Showing posts from 2019

Two Popes

With my son and daughter, I watched "The Two Popes" on Christmas Eve, depicting fictional conversations between Pope Benedict XVI and Pope Francis. The film accurately depicts the debate between right and left in the Catholic Church. In a PBS Newshour interview, the director voices my bias by saying he began thinking of Benedict (played by Anthony Hopkins) as the bad guy, but when working through the project he could see the grey areas. Although the two never had those conversations, "The Two Popes" accurately presents right and left positions. It is also historical in showing Francis' conversion as a result of his experience when Argentina's military waged a "Dirty War" against the Catholic Church. We see that guilt and suffering have the power to enlighten. 

Listen to me

I will be on  “Voices of the Sacred Feminine,” an online radio program by Karen Tate on the day after Christmas, December 26, at  11:00 AM Pacific, 1:00 PM Central, 2:00 Eastern time.   My topic will be "The Goddess in the Bible."  Follow the link and do it five minutes early in case you have to sign in.  The Bible is suffused with feminine God imagery, but redactors and translators have made Her hard to recognize. 

Quantum Physics on Prayer

In my previous post I quoted this by physicists Bruce Rosenblum and Fred Kuttner: Quantum mechanics challenges [commonsense] intuitions by having (conscious) observation actually create the physical reality observed. These physicists don’t shy away from the shocking implications of quantum science—that’s what I love about Quantum Enigma . After the statement above they write: This idea is so hard to accept that some soften it by saying that observation appears to create the observed reality. Most physicists . . . today decline to sidestep the enigma with semantics and rather face up to what Nature seems to be telling us . . . Years ago, when I first read what happens in quantum experiments, I immediately drew spiritual implications from it. Since then I’ve read multiple experts—physicists and spiritual masters—who support my conclusions. Rosenblum and Kuttner refuse to affirm spiritual lessons—they stick to physics—but for me it’s impossible to avoid spiritual implications becau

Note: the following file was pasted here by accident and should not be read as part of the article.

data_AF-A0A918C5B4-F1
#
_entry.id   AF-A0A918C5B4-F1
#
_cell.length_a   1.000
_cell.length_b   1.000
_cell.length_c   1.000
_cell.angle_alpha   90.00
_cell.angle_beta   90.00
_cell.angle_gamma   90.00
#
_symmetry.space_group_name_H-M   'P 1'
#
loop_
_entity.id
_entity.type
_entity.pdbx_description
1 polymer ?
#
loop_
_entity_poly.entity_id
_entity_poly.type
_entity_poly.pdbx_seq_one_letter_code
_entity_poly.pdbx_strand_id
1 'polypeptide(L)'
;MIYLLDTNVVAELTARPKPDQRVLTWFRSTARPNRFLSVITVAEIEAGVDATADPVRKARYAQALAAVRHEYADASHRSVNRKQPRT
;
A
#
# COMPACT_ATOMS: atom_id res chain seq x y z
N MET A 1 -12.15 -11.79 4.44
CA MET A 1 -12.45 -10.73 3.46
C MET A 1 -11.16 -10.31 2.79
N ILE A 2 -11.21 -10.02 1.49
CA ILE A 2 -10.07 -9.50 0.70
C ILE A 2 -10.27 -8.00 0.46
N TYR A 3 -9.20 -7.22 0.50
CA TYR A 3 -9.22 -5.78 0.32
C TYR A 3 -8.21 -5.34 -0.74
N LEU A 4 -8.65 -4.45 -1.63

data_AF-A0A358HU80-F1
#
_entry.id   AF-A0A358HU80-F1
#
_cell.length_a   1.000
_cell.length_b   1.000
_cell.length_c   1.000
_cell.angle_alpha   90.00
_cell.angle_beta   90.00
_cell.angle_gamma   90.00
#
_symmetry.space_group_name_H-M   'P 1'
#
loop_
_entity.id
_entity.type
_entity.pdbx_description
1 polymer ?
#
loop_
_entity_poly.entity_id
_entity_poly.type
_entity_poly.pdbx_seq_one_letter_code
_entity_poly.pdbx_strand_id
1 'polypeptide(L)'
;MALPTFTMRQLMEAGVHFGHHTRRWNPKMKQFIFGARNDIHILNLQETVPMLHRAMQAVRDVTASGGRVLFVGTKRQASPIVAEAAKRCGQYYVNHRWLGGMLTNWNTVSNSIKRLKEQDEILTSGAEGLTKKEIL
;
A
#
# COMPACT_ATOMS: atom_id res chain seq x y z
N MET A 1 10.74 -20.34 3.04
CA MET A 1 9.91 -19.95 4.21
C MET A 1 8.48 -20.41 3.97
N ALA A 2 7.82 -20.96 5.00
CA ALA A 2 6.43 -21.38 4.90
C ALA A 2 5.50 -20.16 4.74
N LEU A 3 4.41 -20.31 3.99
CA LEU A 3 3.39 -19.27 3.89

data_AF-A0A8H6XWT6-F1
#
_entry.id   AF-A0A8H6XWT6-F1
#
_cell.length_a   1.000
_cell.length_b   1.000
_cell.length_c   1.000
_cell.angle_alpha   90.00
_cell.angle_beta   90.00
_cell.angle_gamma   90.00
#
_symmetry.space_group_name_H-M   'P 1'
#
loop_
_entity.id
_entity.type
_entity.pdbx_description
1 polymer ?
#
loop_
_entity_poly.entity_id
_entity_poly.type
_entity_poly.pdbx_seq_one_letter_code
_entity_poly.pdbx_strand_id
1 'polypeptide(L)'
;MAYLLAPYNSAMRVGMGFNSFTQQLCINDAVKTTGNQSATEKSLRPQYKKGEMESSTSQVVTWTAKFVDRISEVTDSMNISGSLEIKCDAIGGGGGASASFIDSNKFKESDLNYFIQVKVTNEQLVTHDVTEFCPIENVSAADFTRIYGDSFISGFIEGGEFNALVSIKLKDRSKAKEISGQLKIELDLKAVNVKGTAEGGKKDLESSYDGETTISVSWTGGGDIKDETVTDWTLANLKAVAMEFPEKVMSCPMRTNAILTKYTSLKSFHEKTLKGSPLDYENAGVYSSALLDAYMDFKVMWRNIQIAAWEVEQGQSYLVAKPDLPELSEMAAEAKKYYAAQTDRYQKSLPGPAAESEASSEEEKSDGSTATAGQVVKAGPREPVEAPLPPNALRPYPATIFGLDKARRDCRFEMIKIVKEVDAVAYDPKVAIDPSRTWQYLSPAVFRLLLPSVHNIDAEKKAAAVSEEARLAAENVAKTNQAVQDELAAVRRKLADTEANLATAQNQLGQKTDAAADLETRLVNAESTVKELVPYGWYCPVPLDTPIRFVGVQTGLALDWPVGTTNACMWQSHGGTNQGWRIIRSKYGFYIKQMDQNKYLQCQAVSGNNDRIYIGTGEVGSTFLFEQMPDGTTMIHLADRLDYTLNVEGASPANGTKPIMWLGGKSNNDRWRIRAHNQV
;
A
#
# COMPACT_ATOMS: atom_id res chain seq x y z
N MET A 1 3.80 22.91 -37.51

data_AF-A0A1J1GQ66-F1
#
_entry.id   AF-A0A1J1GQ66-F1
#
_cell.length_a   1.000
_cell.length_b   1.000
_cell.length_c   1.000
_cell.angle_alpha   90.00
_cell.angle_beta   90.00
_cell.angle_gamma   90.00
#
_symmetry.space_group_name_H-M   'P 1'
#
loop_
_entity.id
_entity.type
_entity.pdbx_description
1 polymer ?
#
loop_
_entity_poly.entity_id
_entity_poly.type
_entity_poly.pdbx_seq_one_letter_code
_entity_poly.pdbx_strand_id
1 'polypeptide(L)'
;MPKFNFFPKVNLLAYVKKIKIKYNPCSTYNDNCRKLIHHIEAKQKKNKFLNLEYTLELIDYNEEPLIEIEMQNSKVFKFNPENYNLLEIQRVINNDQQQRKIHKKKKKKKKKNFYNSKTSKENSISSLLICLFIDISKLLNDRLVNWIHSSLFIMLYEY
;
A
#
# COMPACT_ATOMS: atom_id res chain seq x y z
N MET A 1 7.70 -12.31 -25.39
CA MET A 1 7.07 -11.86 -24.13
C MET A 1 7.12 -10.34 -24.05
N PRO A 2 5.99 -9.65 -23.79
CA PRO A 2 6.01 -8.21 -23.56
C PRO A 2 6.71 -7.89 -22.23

Where I grew up   The square house where I grew up originally had three sets of stairs anchoring its middle—basement stairs to main floor, stairs to bedrooms, and stairs to the attic. We could climb even higher, but I’ll leave that for now. There were four rooms downstairs, four upstairs. To me, the most appealing things about our house were the flowers my mom cultivated around it—her precious Blumen . The house had been reconfigured by the time I arrived. The back door had become front door with a small porch. It led to the largest room downstairs, our dining, sewing, television, music, family room, where everything but cooking and sleeping happened—band practice the loudest. The room's corner in the middle of the house held the Loch —meaning “hole” in German—a walled-in area under stairs to the bedrooms. Before reconstruction, this space had held stairs from what had been the back door to the basement. The narrow Loch ’s ceiling slanted down almost to the

Amazon Synod of Bishops

Sacred indigenous image vandalized, October 31, 2019 In connection with Pope Francis’ synod of bishops for the Amazon, indigenous people of the Amazon brought sacred symbols to the Vatican for a prayer service. One was the figure of a pregnant woman, which triggered conservative outcry on the Internet. Vandals stole the figure and threw it into the Tiber River. The NCR editorial relating this story decried racism in the conservative outcry and vandalism. But I see more. This could not have happened if the Catholic Church accepted God as Mother and prayed to Her. The indigenous people of Latin America revere the Divine Mother regardless of Church doctrine’s careful distinction—only Father and Son are divine, Mother Mary is not. Latins prefer Mother Mary to Father anyway, continuing indigenous worship that preceded the arrival of Europeans. Goddesses were popular in South America long before Our Lady of Guadalupe appeared to Juan Diego. Her garb, mysteriously imprinted on his